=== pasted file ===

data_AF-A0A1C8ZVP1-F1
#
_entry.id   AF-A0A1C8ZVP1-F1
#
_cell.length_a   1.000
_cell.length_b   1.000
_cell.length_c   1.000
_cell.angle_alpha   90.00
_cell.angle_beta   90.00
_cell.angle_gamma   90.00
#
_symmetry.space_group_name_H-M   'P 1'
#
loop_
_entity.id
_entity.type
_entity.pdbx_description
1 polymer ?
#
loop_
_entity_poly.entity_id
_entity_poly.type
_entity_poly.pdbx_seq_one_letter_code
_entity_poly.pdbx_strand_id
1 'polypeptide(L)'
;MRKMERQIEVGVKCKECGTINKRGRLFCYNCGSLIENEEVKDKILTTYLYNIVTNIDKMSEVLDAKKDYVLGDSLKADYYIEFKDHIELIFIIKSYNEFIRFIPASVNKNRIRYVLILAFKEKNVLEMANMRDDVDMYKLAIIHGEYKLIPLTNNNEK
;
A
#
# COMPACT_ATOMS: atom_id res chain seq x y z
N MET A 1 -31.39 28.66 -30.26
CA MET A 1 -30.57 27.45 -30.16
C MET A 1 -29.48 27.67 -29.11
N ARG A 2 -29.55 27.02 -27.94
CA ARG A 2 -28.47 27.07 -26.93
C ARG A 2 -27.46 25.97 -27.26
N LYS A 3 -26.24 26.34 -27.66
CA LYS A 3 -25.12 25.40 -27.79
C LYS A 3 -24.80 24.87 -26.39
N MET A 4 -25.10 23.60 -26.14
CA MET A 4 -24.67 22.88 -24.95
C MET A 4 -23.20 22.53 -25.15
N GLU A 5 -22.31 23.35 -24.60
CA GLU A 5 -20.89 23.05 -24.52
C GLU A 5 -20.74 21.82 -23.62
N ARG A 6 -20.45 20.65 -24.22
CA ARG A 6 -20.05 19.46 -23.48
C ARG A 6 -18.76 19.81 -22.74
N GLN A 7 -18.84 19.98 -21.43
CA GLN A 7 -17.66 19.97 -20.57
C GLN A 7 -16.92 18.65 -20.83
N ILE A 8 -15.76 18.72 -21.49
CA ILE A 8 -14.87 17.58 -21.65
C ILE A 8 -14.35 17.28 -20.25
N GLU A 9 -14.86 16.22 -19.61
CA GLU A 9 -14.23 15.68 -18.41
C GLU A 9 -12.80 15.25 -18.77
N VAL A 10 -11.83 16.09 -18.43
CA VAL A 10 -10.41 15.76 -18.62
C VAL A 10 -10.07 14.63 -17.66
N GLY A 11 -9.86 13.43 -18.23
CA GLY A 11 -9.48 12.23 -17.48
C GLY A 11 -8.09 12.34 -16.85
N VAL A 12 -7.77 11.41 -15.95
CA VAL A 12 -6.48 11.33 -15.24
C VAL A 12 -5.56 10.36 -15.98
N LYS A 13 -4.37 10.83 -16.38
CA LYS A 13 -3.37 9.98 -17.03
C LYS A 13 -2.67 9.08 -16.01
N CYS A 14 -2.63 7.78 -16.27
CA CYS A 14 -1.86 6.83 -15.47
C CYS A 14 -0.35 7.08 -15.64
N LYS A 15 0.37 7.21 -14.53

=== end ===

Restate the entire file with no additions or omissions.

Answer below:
data_AF-A0A1C8ZVP1-F1
#
_entry.id   AF-A0A1C8ZVP1-F1
#
_cell.length_a   1.000
_cell.length_b   1.000
_cell.length_c   1.000
_cell.angle_alpha   90.00
_cell.angle_beta   90.00
_cell.angle_gamma   90.00
#
_symmetry.space_group_name_H-M   'P 1'
#
loop_
_entity.id
_entity.type
_entity.pdbx_description
1 polymer ?
#
loop_
_entity_poly.entity_id
_entity_poly.type
_entity_poly.pdbx_seq_one_letter_code
_entity_poly.pdbx_strand_id
1 'polypeptide(L)'
;MRKMERQIEVGVKCKECGTINKRGRLFCYNCGSLIENEEVKDKILTTYLYNIVTNIDKMSEVLDAKKDYVLGDSLKADYYIEFKDHIELIFIIKSYNEFIRFIPASVNKNRIRYVLILAFKEKNVLEMANMRDDVDMYKLAIIHGEYKLIPLTNNNEK
;
A
#
# COMPACT_ATOMS: atom_id res chain seq x y z
N MET A 1 -31.39 28.66 -30.26
CA MET A 1 -30.57 27.45 -30.16
C MET A 1 -29.48 27.67 -29.11
N ARG A 2 -29.55 27.02 -27.94
CA ARG A 2 -28.47 27.07 -26.93
C ARG A 2 -27.46 25.97 -27.26
N LYS A 3 -26.24 26.34 -27.66
CA LYS A 3 -25.12 25.40 -27.79
C LYS A 3 -24.80 24.87 -26.39
N MET A 4 -25.10 23.60 -26.14
CA MET A 4 -24.67 22.88 -24.95
C MET A 4 -23.20 22.53 -25.15
N GLU A 5 -22.31 23.35 -24.60
CA GLU A 5 -20.89 23.05 -24.52
C GLU A 5 -20.74 21.82 -23.62
N ARG A 6 -20.45 20.65 -24.22
CA ARG A 6 -20.05 19.46 -23.48
C ARG A 6 -18.76 19.81 -22.74
N GLN A 7 -18.84 19.98 -21.43
CA GLN A 7 -17.66 19.97 -20.57
C GLN A 7 -16.92 18.65 -20.83
N ILE A 8 -15.76 18.72 -21.49
CA ILE A 8 -14.87 17.58 -21.65
C ILE A 8 -14.35 17.28 -20.25
N GLU A 9 -14.86 16.22 -19.61
CA GLU A 9 -14.23 15.68 -18.41
C GLU A 9 -12.80 15.25 -18.77
N VAL A 10 -11.83 16.09 -18.43
CA VAL A 10 -10.41 15.76 -18.62
C VAL A 10 -10.07 14.63 -17.66
N GLY A 11 -9.86 13.43 -18.23
CA GLY A 11 -9.48 12.23 -17.48
C GLY A 11 -8.09 12.34 -16.85
N VAL A 12 -7.77 11.41 -15.95
CA VAL A 12 -6.48 11.33 -15.24
C VAL A 12 -5.56 10.36 -15.98
N LYS A 13 -4.37 10.83 -16.38
CA LYS A 13 -3.37 9.98 -17.03
C LYS A 13 -2.67 9.08 -16.01
N CYS A 14 -2.63 7.78 -16.27
CA CYS A 14 -1.86 6.83 -15.47
C CYS A 14 -0.35 7.08 -15.64
N LYS A 15 0.37 7.21 -14.53